The Latest on the App Landscape: October 21st, 2015
In this edition of Apps in the News on Back to the Future Day, we’ll be focusing on apps that make it easier for people to do their work, from creating reports to building websites.
Wordsmith: This new app by Automated Insights, which implements technology the Associated Press has been using since 2014, reads data uploaded by users and generates a readable report using a story structure that users have defined with branching paths that describe their input prior to uploading the data, creating content that drives “retention, engagement, and revenue”, according to the makers. CEO Robbie Allen claims that “Wordsmith can create a million stories targeted at each individual user and their preferences. It’s a story that is totally unique to each user because it is powered by their data.” The app is very versatile, with the capability to generate stories ranging from financial reports to product descriptions and bill statements.
Bentobox, Weebly, Padlet: These three tools make it easier for companies who want to build websites, with different focuses. As highlighted by TechCrunch, Bentobox is a new company that focuses on helping restaurant owners quickly build cheap but aesthetically pleasing websites that are “mobile first” and customized to the needs of their restaurant, with an impressive 100% retention rate among clients.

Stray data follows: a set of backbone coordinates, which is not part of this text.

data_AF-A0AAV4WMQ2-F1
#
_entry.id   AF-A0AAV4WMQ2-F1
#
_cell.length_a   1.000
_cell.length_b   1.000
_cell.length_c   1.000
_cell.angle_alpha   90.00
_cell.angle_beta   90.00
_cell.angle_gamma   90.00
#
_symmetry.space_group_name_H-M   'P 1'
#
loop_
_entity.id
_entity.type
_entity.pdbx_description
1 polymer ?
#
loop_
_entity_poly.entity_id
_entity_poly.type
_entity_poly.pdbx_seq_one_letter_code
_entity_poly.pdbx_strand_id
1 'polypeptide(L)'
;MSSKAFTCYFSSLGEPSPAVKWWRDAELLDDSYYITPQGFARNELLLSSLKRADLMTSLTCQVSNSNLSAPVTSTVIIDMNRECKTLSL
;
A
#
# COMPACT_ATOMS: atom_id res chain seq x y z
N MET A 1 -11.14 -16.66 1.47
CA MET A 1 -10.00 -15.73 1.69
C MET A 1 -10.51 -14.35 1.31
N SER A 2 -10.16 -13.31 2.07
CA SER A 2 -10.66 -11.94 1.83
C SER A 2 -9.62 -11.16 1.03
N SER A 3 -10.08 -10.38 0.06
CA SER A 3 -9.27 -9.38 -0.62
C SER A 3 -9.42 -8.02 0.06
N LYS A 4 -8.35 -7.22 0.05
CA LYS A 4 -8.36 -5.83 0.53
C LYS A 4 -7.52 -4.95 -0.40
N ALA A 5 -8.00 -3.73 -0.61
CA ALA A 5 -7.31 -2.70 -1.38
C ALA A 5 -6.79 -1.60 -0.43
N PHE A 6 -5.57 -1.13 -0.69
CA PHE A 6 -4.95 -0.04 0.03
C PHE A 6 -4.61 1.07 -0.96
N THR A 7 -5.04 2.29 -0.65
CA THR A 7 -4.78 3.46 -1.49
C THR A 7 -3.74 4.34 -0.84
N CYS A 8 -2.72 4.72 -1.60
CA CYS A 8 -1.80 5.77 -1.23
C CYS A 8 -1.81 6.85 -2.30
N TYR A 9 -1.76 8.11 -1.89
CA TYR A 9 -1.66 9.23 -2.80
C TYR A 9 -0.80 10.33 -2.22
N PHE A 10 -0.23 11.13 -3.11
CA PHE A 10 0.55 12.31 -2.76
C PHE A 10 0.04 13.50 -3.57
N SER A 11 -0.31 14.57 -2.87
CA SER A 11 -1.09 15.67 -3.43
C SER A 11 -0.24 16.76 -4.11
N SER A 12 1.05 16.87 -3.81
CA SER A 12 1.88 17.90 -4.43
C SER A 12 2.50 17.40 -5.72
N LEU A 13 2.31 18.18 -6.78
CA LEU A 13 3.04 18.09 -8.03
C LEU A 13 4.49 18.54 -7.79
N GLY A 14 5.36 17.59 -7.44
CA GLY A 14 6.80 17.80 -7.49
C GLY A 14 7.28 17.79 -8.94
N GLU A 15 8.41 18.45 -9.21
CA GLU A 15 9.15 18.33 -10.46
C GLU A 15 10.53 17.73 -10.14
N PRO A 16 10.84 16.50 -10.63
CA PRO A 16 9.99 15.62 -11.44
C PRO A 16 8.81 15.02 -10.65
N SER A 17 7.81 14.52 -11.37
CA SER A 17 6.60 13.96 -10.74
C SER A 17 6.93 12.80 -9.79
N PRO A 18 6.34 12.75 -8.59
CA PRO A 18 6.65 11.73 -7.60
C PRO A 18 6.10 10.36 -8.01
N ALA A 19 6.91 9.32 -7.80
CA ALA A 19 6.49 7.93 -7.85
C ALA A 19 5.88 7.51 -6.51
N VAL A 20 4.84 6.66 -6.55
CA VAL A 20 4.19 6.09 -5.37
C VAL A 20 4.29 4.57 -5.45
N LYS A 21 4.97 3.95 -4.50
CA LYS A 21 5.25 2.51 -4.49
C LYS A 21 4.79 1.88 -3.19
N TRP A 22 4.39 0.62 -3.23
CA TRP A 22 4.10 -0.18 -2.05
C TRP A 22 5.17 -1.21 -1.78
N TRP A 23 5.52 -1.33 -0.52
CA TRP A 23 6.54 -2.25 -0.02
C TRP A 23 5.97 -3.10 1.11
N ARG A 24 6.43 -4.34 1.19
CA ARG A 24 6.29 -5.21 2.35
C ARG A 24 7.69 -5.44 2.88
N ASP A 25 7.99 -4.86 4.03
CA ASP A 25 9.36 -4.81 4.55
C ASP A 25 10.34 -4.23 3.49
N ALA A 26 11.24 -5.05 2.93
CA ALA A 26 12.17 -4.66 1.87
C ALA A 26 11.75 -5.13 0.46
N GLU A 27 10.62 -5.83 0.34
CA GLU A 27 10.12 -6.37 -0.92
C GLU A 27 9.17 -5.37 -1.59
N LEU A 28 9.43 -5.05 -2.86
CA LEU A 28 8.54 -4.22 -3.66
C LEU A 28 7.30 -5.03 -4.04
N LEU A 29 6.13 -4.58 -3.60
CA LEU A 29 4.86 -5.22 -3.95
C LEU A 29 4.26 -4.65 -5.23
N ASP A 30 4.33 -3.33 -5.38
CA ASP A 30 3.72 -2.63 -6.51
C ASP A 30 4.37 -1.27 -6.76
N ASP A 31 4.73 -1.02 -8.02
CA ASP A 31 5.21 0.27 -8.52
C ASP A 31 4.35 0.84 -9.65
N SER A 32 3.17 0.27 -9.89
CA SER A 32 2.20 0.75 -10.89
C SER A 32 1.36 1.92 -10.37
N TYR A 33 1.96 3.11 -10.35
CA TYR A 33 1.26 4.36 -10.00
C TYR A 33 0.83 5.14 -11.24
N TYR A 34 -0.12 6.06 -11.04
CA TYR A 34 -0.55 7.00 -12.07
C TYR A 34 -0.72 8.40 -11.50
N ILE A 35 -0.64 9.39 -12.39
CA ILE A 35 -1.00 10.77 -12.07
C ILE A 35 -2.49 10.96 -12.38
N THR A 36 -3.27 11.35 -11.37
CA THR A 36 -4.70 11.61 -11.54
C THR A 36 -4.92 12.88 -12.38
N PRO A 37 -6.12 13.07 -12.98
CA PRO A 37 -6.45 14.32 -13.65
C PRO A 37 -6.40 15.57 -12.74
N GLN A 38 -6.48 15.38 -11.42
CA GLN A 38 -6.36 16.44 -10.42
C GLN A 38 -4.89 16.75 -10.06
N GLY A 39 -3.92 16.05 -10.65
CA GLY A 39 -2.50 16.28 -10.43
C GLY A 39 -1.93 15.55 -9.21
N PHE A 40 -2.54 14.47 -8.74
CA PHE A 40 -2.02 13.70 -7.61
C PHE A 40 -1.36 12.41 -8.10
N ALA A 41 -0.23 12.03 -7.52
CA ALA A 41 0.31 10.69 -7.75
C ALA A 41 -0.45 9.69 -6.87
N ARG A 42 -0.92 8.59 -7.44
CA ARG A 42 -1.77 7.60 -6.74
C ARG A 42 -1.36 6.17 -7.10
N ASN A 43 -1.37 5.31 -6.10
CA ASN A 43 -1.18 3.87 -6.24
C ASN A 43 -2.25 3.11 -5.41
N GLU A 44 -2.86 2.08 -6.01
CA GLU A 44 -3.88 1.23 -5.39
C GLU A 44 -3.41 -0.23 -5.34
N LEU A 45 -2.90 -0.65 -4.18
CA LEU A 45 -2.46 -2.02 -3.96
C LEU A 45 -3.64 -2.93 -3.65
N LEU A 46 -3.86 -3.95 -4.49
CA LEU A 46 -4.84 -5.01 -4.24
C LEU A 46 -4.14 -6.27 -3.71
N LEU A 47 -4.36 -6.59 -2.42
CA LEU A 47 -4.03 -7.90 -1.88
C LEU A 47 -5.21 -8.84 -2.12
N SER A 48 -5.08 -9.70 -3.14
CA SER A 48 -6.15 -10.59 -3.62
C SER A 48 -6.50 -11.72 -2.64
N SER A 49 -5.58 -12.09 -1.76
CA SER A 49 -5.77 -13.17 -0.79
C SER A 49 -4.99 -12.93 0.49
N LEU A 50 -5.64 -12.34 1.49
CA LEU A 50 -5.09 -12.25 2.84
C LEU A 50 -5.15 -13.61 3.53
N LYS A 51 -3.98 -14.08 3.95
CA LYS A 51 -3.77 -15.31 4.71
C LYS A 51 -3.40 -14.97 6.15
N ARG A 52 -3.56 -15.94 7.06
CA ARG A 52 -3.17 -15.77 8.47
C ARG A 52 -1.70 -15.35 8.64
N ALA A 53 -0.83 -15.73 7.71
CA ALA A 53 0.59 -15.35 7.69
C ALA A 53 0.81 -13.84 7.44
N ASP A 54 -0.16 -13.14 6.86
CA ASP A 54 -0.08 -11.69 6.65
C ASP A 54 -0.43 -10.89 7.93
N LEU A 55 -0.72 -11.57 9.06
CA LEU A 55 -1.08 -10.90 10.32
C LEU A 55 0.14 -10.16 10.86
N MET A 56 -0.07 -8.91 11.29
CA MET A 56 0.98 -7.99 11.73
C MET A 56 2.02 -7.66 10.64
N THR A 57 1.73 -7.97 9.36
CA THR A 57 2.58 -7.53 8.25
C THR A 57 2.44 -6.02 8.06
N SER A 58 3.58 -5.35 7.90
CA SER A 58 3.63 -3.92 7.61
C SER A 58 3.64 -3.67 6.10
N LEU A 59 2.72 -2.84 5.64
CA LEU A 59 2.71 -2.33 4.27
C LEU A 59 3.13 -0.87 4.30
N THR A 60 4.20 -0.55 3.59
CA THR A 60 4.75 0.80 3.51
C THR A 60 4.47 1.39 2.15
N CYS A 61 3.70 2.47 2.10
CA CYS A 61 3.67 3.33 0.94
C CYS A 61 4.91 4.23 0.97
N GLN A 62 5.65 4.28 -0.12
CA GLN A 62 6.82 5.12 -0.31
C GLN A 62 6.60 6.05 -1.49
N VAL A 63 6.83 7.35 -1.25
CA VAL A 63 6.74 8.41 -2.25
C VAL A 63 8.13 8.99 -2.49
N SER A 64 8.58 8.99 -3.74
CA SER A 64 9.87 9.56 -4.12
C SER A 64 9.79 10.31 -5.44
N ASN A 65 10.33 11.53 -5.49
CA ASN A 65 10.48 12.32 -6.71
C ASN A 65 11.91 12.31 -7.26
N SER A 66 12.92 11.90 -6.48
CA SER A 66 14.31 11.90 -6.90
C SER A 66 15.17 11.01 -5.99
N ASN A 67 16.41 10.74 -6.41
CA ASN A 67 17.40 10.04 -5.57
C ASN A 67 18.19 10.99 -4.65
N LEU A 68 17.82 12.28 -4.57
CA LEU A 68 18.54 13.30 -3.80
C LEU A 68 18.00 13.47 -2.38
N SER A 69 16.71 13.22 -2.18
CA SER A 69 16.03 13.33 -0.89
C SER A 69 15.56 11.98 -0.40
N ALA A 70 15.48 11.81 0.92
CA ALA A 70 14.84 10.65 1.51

Weebly, an older website builder, has recently relaunched, rebranding its newest iteration as Carbon. With Carbon, users can use one of 40 partner apps to integrate other business needs such as shipping into its interface. Another special feature from Carbon is the new ability to build and fully edit a website from any mobile device.
Padlet, on the other hand, has focused on another segment of the market, emphasizing its functionality as a collaborative platform that can be used to create private websites, presentations, or group projects in classrooms. Company founder Nitesh Goel mentions even more unusual uses for his platform: “There’s a church using Padlet for the prayers they want to say for that day. There’s a police station using Padlet to manage cases.”
Howdy: Howdy, the Austin-based startup working for group messaging platform Slack, has developed a chat bot application that can be customized to run automated tasks for teams working on Slack. With $1.5 million in venture funding from Bloomberg Beta, True Ventures, Outlier, and various individual investors, it won’t be long before Howdy comes up with more ways to work with enterprise messaging services and streamline the system.
What are some cool apps that you’ve heard about or your company has used to improve functionality and efficiency? Send us a tweet at @EgenSolutions and let us know.
Also, we’re always on the lookout for great talent. Don’t forget to take a look and apply for one of our open positions.